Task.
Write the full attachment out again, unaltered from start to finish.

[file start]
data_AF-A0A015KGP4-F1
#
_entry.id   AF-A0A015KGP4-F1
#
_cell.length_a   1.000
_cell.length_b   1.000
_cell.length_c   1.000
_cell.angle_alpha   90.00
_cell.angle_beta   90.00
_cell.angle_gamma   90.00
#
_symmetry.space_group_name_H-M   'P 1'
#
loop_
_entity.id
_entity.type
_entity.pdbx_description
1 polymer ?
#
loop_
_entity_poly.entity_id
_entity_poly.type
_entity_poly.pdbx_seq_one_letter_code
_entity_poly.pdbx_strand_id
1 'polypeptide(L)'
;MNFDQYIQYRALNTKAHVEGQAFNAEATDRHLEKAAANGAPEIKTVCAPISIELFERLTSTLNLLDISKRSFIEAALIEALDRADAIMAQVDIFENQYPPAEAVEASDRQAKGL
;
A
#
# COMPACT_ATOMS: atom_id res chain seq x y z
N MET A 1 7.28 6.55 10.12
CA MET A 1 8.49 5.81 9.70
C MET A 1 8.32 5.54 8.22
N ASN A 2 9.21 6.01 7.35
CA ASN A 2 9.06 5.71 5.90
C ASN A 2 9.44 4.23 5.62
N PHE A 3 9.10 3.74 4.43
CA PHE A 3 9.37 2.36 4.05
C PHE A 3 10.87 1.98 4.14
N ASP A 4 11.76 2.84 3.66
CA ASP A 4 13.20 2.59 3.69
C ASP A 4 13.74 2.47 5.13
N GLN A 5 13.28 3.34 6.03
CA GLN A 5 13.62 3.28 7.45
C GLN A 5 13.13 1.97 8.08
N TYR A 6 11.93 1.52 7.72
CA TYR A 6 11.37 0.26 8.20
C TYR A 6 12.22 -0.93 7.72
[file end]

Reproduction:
data_AF-A0A015KGP4-F1
#
_entry.id   AF-A0A015KGP4-F1
#
_cell.length_a   1.000
_cell.length_b   1.000
_cell.length_c   1.000
_cell.angle_alpha   90.00
_cell.angle_beta   90.00
_cell.angle_gamma   90.00
#
_symmetry.space_group_name_H-M   'P 1'
#
loop_
_entity.id
_entity.type
_entity.pdbx_description
1 polymer ?
#
loop_
_entity_poly.entity_id
_entity_poly.type
_entity_poly.pdbx_seq_one_letter_code
_entity_poly.pdbx_strand_id
1 'polypeptide(L)'
;MNFDQYIQYRALNTKAHVEGQAFNAEATDRHLEKAAANGAPEIKTVCAPISIELFERLTSTLNLLDISKRSFIEAALIEALDRADAIMAQVDIFENQYPPAEAVEASDRQAKGL
;
A
#
# COMPACT_ATOMS: atom_id res chain seq x y z
N MET A 1 7.28 6.55 10.12
CA MET A 1 8.49 5.81 9.70
C MET A 1 8.32 5.54 8.22
N ASN A 2 9.21 6.01 7.35
CA ASN A 2 9.06 5.71 5.90
C ASN A 2 9.44 4.23 5.62
N PHE A 3 9.10 3.74 4.43
CA PHE A 3 9.37 2.36 4.05
C PHE A 3 10.87 1.98 4.14
N ASP A 4 11.76 2.84 3.66
CA ASP A 4 13.20 2.59 3.69
C ASP A 4 13.74 2.47 5.13
N GLN A 5 13.28 3.34 6.03
CA GLN A 5 13.62 3.28 7.45
C GLN A 5 13.13 1.97 8.08
N TYR A 6 11.93 1.52 7.72
CA TYR A 6 11.37 0.26 8.20
C TYR A 6 12.22 -0.93 7.72